Angela’s story is tragic and very extreme, so it’s no surprise her strong advice is to keep using a rear-facing car seat with older children.
Here, in the UK, under current laws (ECE R44/04), parents are required to have a rear-facing car seat for babies weighing up to 9kg (around 9 months), after which time you can choose to put your baby into forward-facing car seat if you’d like to.
But recent EU legislation (the i-Size or ECE R129 legislation) has meant a new law has now been introduced that requires little ones to sit in a rear-facing position until they are at least 15 months old.
Confusingly, both laws are running concurrently – so you can follow either – until 2018, when the i-Size law will be the only law that applies.
What every parent needs to know, though, is that, although both forward-facing and rearward-facing car seats are perfectly safe, in recent safety tests conducted by the Baby Products Association, rear-facing car seats were found to offer up to 75% more protection if your child is involved in a car accident.
MadeForMums spoke to ROSPA (The Royal Society for the Prevention of Accidents), who told us:
“It’s best to keep your baby in a rearward-facing seat for as long as possible because it provides greater protection for their head, neck and spine than a forward-facing seat.
“Most rearward-facing seats in the UK keep the baby rear-facing until they are 13kg – which works at about 12 to 15 months – but some have a lower limit of 9kg (about 9 months), and some larger ones go up to 18kg (about 4 years). If you’re using an i-Size seat, you keep your baby rearward-facing until they are at least 15 months old.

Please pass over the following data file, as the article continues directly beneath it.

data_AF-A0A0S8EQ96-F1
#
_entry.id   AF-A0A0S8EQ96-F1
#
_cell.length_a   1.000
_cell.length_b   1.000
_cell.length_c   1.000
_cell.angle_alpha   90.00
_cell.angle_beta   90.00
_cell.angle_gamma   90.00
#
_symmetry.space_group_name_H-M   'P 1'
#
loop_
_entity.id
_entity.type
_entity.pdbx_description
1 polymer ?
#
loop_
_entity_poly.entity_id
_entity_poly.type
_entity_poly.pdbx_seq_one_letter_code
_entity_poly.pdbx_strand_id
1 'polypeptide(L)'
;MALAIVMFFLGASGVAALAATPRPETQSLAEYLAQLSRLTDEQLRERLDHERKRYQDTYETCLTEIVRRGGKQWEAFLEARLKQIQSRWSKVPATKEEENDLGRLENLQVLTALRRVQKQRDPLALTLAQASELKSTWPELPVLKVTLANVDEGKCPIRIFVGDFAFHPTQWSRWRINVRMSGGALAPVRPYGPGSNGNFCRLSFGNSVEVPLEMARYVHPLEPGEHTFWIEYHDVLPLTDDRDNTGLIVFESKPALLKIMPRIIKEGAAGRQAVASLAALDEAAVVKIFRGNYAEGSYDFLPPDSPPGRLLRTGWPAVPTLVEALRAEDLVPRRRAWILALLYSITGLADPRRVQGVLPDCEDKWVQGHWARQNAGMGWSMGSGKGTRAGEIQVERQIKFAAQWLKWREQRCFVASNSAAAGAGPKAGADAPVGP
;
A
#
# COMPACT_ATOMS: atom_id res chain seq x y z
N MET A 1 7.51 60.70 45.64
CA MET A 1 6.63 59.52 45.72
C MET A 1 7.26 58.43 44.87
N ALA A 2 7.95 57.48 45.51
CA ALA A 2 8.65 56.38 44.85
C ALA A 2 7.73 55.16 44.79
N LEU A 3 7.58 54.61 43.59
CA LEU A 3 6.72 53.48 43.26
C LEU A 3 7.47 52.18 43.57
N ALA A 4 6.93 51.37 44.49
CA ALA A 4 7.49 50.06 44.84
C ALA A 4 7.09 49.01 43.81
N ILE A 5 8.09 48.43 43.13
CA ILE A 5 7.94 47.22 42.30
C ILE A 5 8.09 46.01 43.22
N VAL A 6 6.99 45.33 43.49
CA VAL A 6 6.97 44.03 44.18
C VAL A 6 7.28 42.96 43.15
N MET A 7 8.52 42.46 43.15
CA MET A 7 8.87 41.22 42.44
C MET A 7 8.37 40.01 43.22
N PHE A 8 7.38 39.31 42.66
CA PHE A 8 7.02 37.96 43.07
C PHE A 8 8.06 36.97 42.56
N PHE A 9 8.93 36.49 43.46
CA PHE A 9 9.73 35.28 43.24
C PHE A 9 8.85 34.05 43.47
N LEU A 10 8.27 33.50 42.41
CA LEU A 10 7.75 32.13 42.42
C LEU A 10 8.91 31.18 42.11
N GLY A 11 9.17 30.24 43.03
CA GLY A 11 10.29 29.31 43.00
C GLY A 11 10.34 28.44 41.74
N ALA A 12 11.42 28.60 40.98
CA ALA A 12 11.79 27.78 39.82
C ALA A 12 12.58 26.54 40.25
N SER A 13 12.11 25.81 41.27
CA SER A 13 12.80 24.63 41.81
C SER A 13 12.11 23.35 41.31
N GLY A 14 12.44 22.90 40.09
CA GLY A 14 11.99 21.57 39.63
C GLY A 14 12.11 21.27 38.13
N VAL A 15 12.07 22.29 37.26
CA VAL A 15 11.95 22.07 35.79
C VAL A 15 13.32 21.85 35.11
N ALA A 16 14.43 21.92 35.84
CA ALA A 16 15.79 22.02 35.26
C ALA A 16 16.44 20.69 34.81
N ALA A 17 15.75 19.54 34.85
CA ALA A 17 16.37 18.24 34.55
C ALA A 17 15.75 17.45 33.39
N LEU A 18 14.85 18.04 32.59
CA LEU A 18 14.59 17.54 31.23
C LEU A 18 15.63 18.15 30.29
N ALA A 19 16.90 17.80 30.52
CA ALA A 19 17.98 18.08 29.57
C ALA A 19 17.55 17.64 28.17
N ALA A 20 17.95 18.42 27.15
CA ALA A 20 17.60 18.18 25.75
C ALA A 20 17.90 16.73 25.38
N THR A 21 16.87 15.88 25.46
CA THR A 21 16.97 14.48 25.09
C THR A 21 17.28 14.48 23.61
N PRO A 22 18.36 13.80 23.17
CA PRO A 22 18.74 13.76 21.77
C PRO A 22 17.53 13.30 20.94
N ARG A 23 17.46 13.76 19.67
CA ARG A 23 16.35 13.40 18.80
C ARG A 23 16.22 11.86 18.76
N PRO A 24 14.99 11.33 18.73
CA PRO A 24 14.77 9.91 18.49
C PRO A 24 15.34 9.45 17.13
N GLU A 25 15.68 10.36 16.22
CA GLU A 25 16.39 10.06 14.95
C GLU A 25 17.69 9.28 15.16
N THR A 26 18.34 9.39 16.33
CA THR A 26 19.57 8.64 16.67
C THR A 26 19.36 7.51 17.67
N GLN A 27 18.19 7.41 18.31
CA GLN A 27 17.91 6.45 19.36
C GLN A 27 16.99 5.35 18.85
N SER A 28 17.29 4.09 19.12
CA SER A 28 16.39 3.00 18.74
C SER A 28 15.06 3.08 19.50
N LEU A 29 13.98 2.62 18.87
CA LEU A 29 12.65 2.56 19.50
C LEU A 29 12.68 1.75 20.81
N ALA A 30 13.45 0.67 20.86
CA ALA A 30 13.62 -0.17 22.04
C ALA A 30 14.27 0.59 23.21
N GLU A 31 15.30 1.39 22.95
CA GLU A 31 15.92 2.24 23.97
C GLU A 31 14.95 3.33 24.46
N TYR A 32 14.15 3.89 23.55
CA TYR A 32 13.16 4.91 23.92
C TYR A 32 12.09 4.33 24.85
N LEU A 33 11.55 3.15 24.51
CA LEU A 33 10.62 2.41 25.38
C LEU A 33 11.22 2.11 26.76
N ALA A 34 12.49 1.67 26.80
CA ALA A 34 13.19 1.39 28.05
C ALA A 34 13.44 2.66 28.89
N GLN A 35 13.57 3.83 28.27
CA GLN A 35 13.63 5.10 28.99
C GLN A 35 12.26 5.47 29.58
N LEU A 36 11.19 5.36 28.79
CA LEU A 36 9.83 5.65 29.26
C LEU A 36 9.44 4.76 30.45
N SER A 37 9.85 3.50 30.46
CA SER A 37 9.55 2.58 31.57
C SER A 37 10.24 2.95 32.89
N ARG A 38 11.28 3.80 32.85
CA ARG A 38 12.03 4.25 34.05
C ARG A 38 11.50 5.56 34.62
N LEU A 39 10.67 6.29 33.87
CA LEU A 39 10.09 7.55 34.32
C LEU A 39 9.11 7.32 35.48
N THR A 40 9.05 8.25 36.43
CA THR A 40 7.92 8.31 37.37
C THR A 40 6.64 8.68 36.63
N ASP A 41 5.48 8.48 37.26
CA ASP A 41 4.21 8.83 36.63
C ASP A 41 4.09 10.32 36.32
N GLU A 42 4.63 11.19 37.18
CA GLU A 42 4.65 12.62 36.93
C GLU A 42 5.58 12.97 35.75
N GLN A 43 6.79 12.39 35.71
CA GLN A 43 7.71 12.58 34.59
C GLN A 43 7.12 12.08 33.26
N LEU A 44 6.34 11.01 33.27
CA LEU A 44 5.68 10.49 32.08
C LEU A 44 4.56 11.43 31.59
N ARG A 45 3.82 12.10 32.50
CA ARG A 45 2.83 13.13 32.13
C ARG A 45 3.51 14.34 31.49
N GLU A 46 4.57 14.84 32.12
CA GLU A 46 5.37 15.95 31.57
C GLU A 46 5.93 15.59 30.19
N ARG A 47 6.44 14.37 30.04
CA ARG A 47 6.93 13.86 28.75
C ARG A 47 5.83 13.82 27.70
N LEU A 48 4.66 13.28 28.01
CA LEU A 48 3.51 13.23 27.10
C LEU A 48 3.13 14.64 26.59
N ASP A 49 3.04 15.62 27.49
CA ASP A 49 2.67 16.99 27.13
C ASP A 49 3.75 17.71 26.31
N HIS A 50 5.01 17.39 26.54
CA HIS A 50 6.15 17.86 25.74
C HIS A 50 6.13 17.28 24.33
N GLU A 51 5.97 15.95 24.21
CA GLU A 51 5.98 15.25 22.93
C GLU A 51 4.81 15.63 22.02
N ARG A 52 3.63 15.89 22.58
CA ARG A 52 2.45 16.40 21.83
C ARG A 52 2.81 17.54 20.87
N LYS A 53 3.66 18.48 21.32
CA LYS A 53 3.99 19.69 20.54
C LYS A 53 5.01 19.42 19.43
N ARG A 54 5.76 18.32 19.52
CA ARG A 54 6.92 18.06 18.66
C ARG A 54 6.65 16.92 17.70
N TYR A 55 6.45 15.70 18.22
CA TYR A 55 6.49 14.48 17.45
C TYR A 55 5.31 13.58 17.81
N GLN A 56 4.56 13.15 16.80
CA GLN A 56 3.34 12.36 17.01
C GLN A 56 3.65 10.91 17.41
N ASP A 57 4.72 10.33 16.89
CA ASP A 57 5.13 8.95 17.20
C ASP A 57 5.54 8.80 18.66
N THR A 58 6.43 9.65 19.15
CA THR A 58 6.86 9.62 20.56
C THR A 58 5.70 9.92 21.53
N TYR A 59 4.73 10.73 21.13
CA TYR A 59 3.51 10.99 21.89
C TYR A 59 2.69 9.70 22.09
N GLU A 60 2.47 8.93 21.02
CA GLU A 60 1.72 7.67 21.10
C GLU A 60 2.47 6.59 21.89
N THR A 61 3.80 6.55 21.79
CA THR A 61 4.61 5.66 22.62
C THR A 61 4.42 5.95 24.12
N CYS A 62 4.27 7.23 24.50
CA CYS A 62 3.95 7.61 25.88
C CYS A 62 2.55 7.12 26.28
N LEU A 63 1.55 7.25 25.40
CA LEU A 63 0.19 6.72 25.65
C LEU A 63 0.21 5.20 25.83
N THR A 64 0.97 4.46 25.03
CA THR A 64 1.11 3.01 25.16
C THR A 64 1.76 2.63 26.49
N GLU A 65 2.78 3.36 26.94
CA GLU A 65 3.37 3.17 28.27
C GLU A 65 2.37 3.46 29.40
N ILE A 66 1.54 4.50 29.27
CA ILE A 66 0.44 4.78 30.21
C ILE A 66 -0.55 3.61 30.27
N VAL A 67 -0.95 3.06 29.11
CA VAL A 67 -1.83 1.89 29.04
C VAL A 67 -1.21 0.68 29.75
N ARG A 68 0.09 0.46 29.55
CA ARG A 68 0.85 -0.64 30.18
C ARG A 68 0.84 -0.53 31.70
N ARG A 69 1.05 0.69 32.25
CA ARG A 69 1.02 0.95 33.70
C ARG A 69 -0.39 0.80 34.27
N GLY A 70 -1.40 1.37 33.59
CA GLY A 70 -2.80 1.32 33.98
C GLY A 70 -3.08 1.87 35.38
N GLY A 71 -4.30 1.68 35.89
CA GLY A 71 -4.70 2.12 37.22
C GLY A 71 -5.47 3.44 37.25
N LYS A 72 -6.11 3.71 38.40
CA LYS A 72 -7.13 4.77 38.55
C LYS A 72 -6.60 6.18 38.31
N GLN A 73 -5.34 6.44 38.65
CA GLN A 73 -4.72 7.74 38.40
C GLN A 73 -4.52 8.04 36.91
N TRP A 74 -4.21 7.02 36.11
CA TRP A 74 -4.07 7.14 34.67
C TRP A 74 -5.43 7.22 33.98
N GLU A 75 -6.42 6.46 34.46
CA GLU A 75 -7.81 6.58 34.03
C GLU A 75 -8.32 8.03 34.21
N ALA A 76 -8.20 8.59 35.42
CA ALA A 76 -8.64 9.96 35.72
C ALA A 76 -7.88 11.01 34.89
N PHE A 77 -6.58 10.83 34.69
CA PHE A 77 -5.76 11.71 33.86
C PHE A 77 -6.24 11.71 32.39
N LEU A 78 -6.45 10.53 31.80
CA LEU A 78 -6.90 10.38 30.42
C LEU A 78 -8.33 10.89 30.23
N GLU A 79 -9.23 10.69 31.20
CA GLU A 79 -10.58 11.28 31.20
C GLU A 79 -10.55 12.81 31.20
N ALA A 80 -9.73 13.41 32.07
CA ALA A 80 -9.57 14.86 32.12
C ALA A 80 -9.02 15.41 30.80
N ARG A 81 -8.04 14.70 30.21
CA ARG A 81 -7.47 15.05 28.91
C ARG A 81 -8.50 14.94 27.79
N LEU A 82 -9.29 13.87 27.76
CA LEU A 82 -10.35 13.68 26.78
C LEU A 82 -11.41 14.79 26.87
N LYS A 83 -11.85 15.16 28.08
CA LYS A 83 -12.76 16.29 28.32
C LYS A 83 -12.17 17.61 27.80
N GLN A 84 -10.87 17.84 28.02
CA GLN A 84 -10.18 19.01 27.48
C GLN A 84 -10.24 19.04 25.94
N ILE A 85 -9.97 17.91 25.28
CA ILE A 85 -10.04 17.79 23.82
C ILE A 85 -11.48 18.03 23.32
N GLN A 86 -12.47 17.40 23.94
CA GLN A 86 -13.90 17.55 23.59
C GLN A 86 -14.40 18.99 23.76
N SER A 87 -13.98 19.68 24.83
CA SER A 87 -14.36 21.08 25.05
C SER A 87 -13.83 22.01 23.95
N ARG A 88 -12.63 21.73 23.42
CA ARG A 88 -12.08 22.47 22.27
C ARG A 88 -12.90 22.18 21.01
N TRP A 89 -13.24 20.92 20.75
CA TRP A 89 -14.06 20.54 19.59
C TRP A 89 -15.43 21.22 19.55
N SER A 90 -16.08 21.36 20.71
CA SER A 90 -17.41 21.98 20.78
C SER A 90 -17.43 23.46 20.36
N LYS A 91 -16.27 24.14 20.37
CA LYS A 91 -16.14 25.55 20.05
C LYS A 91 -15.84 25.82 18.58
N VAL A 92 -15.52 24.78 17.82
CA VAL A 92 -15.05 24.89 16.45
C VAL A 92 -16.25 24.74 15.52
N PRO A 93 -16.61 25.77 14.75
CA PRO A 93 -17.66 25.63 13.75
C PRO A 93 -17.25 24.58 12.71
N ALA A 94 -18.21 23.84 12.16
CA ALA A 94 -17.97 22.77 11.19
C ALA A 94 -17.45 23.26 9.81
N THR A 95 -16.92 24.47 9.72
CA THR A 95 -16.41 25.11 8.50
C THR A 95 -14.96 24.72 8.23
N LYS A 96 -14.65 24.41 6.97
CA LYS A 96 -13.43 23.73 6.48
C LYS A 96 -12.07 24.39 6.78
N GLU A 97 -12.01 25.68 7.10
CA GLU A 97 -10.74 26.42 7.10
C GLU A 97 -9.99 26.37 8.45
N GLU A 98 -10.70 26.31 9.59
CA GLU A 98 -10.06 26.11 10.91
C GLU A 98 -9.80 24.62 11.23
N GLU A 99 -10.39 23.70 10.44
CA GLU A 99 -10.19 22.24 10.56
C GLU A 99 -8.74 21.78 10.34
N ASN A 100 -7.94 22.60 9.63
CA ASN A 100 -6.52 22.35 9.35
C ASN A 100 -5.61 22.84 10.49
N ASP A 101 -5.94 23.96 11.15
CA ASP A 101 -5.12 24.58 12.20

“You should only move your child into a forward-facing child seat with an internal 5-point harness once he or she has exceeded the maximum weight for the rearward-facing seat you have bought, and can sit up unaided.”
I have a forward-facing car seat. What should I do?
ROSPA goes onto say that you shouldn’t worry once your child is ready to go in a forward-facing seat. “These seats are very effective at protecting children if there is a crash,” their spokesperson says.
“Whatever seat you use, make sure that it can be securely fitted in your car before you buy it, and check that it’s properly fitted and that your child is securely held in the seat, every time it’s used.”
So, if you do use a front-facing car seat for your baby (after 9 months), don’t panic as it’s still safe – and you are acting within current EU guidelines.
Here at MFM, we know every parent is different and can have their own reasons for wanting their child to be forward-facing, and of course, this should be your choice, once your child is big enough.
But it’s always worth knowing all the safety facts, especially as they can change from year to year.
If you’re thinking of getting a rearward-facing car seat – or swapping your forward-facing car seat for a rearward-facing one – we have some great options for you to check out, and you can take heart from the fact that, though they were once much more expensive, they’re coming down in price all the time.